This study guide will help you analyse the short story “Neighbors” (1971) by Raymond Carver. You can also find a summary of the text, as well as inspiration for interpreting it and putting it into perspective.
Here you can read an extract from our study guide:
Arlene initially lets her husband go to the Stones’ apartment on his own. However, she eventually seems to work out that what goes on in that apartment has energised Bill, and she becomes curious to try it out herself.
Right from her first visit, Arlene seems to become a voyeur like her husband. Bill notices the change: “He noticed white lint clinging to the back of her sweater, and the color was high in her cheek.” (p. 92, ll. 11-12). The quote suggests she probably lay in the Stones’ bed like Bill. Her blushing might suggest that, like her husband, she masturbated in the Stones’ bedroom, possibly to the private pictures she has found. So in this, Bill and Arlene are very similar.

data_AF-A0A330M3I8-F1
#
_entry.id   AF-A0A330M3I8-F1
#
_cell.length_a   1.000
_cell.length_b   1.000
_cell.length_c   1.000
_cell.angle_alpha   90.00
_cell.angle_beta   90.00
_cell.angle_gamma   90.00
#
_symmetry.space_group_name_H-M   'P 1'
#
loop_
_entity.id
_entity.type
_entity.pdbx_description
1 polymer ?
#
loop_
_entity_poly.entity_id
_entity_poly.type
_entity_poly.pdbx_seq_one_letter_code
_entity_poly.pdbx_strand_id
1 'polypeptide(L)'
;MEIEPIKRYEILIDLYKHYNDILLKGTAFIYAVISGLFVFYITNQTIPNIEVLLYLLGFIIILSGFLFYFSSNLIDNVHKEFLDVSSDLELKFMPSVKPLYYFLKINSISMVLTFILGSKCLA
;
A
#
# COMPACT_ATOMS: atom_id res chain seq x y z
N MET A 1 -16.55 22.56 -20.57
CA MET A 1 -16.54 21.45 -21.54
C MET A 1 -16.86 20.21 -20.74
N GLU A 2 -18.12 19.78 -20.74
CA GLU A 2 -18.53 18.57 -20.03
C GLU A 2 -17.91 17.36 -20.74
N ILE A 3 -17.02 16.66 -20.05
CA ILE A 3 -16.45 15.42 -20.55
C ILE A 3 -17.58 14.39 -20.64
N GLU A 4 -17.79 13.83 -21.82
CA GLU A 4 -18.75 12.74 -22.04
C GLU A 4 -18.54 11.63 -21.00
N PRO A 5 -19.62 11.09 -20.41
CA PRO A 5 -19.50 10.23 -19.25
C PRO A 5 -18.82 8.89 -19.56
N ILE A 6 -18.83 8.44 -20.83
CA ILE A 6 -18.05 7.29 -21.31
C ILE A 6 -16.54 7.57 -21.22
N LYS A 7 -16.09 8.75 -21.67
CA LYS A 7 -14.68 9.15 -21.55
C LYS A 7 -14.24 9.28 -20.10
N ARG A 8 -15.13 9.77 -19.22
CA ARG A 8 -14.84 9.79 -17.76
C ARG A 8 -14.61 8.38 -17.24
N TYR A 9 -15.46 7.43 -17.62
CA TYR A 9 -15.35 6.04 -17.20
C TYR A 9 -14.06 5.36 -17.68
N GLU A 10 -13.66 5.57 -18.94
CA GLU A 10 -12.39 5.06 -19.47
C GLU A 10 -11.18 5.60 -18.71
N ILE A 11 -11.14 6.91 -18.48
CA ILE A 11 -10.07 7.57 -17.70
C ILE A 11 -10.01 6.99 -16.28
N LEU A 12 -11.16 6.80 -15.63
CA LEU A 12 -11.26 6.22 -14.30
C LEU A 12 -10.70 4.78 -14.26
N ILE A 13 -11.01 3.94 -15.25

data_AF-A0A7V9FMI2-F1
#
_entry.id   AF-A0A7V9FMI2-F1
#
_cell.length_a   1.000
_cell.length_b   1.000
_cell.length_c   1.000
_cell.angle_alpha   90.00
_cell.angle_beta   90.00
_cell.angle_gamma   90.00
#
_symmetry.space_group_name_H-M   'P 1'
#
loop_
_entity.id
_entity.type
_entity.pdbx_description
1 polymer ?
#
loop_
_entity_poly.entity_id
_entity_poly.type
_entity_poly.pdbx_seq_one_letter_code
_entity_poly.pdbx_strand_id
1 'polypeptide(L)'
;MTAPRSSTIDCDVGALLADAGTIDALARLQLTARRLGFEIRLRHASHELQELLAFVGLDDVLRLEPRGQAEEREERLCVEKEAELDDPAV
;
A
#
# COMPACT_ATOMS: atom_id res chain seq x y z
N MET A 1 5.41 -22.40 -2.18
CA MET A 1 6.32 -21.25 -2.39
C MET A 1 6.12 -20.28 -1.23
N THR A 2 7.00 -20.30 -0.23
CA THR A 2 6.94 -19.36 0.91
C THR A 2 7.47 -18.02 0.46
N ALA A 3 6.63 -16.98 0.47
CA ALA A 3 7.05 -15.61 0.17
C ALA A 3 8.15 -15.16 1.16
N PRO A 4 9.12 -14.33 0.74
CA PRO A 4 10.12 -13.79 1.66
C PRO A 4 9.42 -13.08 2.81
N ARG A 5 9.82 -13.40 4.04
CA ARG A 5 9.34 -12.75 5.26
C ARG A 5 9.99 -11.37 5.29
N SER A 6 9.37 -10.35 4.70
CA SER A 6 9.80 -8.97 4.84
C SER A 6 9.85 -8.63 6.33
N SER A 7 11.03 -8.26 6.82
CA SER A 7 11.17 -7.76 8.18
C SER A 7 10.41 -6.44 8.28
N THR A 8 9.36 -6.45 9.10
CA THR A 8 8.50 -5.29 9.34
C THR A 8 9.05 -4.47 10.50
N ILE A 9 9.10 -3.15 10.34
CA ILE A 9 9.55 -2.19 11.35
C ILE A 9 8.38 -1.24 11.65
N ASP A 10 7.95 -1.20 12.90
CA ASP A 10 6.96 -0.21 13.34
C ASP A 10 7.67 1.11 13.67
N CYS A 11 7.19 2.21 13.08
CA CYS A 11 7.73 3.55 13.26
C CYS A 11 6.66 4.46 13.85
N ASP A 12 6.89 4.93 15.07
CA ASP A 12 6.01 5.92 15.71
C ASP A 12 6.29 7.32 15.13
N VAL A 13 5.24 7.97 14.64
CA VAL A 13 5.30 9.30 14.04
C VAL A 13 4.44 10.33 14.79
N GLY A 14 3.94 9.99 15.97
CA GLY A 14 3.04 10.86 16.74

Arlene’s voyerism becomes evident when she reveals to Bill that she has found some private pictures (possibly nudes) of their neighbors:
‘I guess I should tell you. I found some pictures.’
He stopped in the middle of the hall. ‘What kind of pictures?’
‘You can see for yourself,’ she said, and she watched him. (p. 92, ll. 19-24)
The fact that she looks him in the eye seems sexually provocative. Arlene has developed compared to the beginning of the short story where she seems more sexually reserved. Pretending to be someone else inside the Stones’ apartment has made her feel more liberated and confident.
It is worth noting that neither Arlene nor Bill shows any remorse for their actions towards their neighbors. Their fear in the ending is only about themselves.